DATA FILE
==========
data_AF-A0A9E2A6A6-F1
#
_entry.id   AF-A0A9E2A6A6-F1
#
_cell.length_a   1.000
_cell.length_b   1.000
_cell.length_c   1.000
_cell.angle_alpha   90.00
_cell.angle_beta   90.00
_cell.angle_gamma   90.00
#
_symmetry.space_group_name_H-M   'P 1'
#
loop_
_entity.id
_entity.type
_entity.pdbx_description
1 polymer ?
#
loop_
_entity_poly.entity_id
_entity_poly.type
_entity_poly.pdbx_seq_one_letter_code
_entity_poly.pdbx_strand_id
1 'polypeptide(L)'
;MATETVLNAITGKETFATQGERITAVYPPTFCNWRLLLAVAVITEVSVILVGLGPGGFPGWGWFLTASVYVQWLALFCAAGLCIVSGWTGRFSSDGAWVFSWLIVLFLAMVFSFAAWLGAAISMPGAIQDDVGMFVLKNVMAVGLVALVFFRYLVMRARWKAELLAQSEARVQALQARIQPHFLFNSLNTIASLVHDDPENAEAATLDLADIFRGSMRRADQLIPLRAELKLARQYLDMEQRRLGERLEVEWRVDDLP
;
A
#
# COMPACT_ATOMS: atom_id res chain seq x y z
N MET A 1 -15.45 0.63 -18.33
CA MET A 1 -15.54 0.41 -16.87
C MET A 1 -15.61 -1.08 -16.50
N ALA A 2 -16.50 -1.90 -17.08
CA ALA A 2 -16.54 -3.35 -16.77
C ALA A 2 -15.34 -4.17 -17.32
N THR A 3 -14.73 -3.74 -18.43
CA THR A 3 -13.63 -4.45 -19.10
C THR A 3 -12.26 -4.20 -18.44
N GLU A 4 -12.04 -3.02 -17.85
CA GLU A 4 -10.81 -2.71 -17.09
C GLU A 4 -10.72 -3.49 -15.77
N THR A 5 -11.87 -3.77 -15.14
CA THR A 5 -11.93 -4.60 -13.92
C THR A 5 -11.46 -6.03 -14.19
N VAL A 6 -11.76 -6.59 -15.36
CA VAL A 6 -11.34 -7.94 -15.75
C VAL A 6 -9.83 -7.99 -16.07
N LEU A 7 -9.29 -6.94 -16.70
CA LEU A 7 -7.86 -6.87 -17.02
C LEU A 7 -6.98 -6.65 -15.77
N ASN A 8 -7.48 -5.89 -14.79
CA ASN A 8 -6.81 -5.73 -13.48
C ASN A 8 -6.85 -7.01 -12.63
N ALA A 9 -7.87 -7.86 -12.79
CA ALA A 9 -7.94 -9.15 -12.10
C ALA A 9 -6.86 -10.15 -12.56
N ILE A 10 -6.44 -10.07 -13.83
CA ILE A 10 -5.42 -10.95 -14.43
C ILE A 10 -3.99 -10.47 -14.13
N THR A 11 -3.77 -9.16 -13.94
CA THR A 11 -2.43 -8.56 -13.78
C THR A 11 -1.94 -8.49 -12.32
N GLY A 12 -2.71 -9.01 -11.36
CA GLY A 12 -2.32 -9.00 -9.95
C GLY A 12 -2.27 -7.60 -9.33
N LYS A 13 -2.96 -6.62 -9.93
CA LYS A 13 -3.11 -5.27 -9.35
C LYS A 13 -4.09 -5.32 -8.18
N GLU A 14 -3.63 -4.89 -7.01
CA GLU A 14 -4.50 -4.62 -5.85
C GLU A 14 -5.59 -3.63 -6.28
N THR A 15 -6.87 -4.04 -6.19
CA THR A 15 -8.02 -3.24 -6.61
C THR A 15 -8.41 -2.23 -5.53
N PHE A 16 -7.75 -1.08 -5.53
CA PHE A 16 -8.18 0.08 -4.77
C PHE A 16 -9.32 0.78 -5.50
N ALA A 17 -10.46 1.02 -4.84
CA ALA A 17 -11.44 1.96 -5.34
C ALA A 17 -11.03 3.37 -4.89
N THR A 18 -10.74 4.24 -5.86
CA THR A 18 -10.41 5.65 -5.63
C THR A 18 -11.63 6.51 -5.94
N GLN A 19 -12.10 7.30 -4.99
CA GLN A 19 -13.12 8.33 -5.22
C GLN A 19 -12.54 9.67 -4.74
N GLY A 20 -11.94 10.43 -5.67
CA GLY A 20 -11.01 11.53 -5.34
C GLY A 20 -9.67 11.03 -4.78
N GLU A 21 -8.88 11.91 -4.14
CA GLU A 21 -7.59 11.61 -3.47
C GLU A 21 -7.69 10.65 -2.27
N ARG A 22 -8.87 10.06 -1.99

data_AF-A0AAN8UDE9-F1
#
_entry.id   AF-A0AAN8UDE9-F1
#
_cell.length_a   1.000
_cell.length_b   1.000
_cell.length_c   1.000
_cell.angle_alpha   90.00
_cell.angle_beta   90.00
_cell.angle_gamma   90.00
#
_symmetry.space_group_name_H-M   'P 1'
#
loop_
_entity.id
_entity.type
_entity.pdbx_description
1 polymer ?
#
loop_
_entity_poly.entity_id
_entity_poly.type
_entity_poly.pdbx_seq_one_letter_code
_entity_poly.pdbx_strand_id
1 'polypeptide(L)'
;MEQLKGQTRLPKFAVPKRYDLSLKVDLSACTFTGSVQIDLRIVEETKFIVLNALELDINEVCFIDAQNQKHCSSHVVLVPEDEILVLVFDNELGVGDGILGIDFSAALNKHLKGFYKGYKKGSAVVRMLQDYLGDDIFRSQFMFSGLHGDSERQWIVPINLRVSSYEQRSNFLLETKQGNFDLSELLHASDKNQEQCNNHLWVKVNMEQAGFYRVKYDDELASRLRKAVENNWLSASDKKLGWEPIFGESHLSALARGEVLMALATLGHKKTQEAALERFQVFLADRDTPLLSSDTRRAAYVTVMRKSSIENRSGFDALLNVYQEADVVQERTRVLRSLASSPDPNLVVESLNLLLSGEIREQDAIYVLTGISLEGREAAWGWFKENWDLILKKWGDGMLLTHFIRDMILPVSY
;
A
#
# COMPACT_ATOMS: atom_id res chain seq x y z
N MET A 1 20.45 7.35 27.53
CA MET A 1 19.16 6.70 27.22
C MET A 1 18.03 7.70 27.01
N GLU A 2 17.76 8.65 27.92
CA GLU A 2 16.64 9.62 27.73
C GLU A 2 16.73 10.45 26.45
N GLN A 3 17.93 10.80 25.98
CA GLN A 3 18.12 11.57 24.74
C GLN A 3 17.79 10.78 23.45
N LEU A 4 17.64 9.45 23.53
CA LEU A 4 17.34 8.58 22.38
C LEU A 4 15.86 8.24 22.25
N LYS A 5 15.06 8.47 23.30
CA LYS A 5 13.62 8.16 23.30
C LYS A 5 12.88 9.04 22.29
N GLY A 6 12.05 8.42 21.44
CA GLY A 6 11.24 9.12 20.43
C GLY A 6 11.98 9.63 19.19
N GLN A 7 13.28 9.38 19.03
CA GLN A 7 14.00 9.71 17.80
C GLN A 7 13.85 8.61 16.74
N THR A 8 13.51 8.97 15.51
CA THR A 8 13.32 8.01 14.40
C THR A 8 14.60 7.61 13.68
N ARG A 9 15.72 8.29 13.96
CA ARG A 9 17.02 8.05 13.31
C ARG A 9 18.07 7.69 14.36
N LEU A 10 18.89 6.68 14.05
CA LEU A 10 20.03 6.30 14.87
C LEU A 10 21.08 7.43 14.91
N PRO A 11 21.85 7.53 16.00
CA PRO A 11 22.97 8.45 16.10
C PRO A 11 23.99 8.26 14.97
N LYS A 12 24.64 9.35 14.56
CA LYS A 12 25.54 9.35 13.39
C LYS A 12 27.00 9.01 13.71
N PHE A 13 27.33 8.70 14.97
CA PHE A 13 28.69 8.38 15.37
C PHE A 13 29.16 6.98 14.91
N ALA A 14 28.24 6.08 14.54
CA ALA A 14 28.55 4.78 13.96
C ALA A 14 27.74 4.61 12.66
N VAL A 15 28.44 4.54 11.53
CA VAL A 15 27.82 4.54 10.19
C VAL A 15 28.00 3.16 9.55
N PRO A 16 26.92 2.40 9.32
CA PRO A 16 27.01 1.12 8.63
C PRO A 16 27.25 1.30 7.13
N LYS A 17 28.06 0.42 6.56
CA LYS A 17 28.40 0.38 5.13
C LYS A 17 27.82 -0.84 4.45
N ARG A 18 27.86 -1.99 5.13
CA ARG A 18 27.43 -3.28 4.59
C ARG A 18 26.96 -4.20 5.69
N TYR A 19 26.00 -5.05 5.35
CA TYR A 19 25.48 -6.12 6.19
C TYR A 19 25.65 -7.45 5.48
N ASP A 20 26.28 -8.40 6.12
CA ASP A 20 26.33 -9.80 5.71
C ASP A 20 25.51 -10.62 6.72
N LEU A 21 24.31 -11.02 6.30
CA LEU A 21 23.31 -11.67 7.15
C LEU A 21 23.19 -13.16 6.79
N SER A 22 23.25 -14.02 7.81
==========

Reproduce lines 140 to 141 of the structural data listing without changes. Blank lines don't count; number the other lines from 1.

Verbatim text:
N GLY A 6 12.05 8.42 21.44
CA GLY A 6 11.24 9.12 20.43